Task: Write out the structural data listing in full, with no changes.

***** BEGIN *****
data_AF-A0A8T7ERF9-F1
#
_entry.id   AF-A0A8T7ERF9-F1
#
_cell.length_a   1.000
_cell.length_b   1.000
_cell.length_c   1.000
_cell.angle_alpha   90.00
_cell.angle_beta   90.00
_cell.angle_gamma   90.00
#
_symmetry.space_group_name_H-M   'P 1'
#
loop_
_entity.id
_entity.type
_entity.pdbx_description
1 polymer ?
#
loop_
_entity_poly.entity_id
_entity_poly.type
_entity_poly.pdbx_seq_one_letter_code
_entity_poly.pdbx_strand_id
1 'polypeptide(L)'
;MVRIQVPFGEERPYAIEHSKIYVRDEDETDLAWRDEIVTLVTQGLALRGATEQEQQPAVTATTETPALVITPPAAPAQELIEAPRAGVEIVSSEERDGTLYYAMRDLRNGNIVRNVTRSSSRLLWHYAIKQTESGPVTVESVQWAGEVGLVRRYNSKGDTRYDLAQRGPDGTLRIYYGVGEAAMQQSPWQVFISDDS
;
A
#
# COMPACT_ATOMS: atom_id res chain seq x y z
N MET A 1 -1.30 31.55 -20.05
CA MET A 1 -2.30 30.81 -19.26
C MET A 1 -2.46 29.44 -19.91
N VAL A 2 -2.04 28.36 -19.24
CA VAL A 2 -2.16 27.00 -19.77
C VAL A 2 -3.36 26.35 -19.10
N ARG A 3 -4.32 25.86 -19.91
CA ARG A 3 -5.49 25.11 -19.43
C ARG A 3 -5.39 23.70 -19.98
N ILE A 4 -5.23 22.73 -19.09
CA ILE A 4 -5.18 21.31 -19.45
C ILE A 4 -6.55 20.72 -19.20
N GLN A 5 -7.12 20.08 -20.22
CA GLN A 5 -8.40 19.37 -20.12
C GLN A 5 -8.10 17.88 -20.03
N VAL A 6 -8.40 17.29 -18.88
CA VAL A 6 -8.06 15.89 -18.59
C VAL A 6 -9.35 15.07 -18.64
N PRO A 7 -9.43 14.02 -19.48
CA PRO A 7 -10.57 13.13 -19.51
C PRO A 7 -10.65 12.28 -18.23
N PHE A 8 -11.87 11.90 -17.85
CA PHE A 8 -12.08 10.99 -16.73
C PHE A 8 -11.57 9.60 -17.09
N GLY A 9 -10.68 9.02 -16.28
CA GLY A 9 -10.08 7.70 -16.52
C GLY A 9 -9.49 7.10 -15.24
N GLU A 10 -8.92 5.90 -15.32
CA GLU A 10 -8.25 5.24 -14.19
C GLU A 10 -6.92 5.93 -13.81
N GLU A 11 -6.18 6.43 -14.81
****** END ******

data_AF-A0A8T7ERF9-F1
#
_entry.id   AF-A0A8T7ERF9-F1
#
_cell.length_a   1.000
_cell.length_b   1.000
_cell.length_c   1.000
_cell.angle_alpha   90.00
_cell.angle_beta   90.00
_cell.angle_gamma   90.00
#
_symmetry.space_group_name_H-M   'P 1'
#
loop_
_entity.id
_entity.type
_entity.pdbx_description
1 polymer ?
#
loop_
_entity_poly.entity_id
_entity_poly.type
_entity_poly.pdbx_seq_one_letter_code
_entity_poly.pdbx_strand_id
1 'polypeptide(L)'
;MVRIQVPFGEERPYAIEHSKIYVRDEDETDLAWRDEIVTLVTQGLALRGATEQEQQPAVTATTETPALVITPPAAPAQELIEAPRAGVEIVSSEERDGTLYYAMRDLRNGNIVRNVTRSSSRLLWHYAIKQTESGPVTVESVQWAGEVGLVRRYNSKGDTRYDLAQRGPDGTLRIYYGVGEAAMQQSPWQVFISDDS
;
A
#
# COMPACT_ATOMS: atom_id res chain seq x y z
N MET A 1 -1.30 31.55 -20.05
CA MET A 1 -2.30 30.81 -19.26
C MET A 1 -2.46 29.44 -19.91
N VAL A 2 -2.04 28.36 -19.24
CA VAL A 2 -2.16 27.00 -19.77
C VAL A 2 -3.36 26.35 -19.10
N ARG A 3 -4.32 25.86 -19.91
CA ARG A 3 -5.49 25.11 -19.43
C ARG A 3 -5.39 23.70 -19.98
N ILE A 4 -5.23 22.73 -19.09
CA ILE A 4 -5.18 21.31 -19.45
C ILE A 4 -6.55 20.72 -19.20
N GLN A 5 -7.12 20.08 -20.22
CA GLN A 5 -8.40 19.37 -20.12
C GLN A 5 -8.10 17.88 -20.03
N VAL A 6 -8.40 17.29 -18.88
CA VAL A 6 -8.06 15.89 -18.59
C VAL A 6 -9.35 15.07 -18.64
N PRO A 7 -9.43 14.02 -19.48
CA PRO A 7 -10.57 13.13 -19.51
C PRO A 7 -10.65 12.28 -18.23
N PHE A 8 -11.87 11.90 -17.85
CA PHE A 8 -12.08 10.99 -16.73
C PHE A 8 -11.57 9.60 -17.09
N GLY A 9 -10.68 9.02 -16.28
CA GLY A 9 -10.08 7.70 -16.52
C GLY A 9 -9.49 7.10 -15.24
N GLU A 10 -8.92 5.90 -15.32
CA GLU A 10 -8.25 5.24 -14.19
C GLU A 10 -6.92 5.93 -13.81
N GLU A 11 -6.18 6.43 -14.81